I have come across such sentences many times. And i do the last words' meaning too , but i don't get "to my's" meaning.
I have had this problem too. It is kind of a weird construction. If you say,
She had gained five pounds over the winter, much to her chagrin/dismay/etc.
Because she had gained five pounds over the winter, she experienced chagrin/dismay/discomfort.
To my surprise, he didn't come to my birthday party.
Because he didn't come to my birthday party, I was surprised.
I'm not astonished that sentence introductions such as
to my surprise/astonishment/delight/horror etc
may sound a bit foreign to some. Actually this is a Latin formula, called dativus finalis, describing the effect. Even students who learn Latin have to learn such formulas as something special.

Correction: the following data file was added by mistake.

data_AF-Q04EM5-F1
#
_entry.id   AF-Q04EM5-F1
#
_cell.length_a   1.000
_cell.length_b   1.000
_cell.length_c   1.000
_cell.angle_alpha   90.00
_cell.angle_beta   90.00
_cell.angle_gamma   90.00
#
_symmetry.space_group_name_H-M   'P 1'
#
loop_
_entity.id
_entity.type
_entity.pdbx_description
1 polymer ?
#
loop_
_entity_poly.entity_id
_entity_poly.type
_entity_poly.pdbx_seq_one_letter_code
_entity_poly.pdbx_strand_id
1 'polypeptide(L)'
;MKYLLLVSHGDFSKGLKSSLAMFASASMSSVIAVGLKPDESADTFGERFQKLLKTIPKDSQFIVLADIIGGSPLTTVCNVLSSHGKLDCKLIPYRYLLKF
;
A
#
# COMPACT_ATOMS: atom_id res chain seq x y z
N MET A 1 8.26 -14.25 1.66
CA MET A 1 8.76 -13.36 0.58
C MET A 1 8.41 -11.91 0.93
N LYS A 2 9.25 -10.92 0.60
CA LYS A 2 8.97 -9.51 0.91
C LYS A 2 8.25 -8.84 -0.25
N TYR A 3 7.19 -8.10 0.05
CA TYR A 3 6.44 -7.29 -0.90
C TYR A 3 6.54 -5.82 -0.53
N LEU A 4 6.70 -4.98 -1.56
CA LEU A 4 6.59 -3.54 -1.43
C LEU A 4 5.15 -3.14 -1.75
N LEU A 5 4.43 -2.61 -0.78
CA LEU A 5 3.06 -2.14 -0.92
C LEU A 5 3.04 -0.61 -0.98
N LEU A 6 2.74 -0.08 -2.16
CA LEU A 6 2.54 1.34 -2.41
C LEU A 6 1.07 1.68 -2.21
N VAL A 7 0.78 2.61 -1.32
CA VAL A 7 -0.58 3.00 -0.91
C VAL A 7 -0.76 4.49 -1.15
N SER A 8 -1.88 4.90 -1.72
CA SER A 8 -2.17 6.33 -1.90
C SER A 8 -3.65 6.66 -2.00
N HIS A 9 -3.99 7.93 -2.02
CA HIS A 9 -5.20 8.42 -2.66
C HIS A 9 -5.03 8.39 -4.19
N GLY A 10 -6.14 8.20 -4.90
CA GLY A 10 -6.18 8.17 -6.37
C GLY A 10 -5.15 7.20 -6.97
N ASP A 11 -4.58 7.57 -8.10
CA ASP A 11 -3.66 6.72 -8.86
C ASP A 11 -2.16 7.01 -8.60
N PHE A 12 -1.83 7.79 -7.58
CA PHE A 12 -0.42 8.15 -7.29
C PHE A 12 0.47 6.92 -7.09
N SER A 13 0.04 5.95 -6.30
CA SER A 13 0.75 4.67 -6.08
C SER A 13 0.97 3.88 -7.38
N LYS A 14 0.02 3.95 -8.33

Such literary sentence introductions are not infrequent, but a good term for these formulas is lacking. The Longman Dictionary DCE has these expressions in "to", no. 16 and explains "someone's reaction/or feeling to an event". So one might invent the term "dative of reaction".